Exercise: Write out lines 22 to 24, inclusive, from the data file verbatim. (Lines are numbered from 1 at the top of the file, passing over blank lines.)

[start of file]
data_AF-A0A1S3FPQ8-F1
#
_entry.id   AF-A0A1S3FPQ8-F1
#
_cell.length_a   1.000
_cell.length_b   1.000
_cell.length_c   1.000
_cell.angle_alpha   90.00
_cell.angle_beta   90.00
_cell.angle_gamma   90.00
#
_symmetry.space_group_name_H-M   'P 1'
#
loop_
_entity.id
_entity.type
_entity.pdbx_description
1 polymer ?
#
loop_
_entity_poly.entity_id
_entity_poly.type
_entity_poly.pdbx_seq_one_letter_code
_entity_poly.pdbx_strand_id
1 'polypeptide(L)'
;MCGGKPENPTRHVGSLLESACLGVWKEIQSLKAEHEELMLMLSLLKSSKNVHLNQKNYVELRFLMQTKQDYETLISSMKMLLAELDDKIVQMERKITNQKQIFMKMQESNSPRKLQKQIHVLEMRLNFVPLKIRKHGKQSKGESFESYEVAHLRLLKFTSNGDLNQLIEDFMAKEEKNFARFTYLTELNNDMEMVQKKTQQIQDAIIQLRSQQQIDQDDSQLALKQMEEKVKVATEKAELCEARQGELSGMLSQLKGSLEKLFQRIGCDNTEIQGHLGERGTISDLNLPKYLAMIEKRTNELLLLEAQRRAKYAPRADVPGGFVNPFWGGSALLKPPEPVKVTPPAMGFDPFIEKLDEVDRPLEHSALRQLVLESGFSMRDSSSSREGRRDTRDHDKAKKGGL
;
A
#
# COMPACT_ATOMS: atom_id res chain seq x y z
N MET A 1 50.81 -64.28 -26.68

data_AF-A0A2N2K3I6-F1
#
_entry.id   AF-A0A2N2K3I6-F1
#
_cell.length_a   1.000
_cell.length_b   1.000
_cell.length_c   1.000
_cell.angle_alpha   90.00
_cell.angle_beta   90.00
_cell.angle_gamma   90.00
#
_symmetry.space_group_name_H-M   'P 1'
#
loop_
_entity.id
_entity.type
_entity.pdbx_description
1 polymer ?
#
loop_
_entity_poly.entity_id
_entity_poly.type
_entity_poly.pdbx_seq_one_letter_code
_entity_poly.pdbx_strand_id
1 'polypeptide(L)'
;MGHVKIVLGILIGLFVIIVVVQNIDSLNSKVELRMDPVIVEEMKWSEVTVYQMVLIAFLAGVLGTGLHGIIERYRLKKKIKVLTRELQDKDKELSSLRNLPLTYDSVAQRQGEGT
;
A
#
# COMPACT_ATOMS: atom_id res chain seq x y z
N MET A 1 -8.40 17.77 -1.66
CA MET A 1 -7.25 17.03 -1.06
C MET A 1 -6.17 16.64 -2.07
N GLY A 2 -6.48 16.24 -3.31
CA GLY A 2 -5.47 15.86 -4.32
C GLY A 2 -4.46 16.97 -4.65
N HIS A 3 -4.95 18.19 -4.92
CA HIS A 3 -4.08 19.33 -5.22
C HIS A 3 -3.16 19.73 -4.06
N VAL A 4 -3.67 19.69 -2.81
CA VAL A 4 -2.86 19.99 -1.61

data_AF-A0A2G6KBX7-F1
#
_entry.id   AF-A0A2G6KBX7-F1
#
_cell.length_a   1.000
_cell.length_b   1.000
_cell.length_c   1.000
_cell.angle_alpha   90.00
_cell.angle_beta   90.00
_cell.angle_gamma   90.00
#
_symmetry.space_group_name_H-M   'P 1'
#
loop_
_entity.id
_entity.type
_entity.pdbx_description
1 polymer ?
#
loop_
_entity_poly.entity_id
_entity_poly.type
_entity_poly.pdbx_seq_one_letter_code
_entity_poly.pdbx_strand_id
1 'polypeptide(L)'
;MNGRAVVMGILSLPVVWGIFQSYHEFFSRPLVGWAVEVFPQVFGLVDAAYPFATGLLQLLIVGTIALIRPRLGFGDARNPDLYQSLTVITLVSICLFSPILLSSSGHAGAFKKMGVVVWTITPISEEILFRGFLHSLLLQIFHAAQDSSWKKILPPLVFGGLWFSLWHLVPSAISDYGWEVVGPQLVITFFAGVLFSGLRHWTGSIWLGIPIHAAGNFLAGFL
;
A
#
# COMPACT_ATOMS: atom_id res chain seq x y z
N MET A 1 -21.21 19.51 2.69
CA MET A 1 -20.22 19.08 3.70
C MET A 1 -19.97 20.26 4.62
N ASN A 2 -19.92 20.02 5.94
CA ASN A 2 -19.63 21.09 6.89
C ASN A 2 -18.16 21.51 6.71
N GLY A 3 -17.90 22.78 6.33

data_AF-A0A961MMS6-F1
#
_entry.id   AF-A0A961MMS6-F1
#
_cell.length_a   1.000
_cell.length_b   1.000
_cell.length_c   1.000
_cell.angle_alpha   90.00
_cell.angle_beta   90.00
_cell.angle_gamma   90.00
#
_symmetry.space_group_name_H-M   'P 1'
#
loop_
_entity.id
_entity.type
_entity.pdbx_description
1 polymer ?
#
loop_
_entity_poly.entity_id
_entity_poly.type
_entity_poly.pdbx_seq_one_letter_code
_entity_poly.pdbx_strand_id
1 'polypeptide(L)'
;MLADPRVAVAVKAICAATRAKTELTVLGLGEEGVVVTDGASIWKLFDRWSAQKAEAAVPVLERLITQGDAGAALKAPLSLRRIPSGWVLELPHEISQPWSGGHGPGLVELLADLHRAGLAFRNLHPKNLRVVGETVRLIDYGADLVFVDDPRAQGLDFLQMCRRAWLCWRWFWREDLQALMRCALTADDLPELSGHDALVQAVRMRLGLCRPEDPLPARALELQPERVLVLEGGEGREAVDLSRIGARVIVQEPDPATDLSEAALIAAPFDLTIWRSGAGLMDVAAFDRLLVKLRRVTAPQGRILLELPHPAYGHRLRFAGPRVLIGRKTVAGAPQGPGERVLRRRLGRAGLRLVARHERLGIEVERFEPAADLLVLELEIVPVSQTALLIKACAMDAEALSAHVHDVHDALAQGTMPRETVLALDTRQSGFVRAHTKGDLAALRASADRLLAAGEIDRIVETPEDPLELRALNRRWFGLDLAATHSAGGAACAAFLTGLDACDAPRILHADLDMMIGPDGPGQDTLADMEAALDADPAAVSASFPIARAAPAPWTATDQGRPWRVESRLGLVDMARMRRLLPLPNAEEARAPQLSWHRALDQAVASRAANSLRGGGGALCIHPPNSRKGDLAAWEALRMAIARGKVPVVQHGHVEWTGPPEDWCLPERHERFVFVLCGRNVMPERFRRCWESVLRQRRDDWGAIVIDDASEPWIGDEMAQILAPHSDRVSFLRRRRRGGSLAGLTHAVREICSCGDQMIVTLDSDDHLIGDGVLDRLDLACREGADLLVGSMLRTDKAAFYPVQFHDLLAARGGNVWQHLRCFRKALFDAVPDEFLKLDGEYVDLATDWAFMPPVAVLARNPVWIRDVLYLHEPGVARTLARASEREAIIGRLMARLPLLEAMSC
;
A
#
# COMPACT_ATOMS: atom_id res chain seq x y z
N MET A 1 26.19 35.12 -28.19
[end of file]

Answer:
_entity_poly.type
_entity_poly.pdbx_seq_one_letter_code
_entity_poly.pdbx_strand_id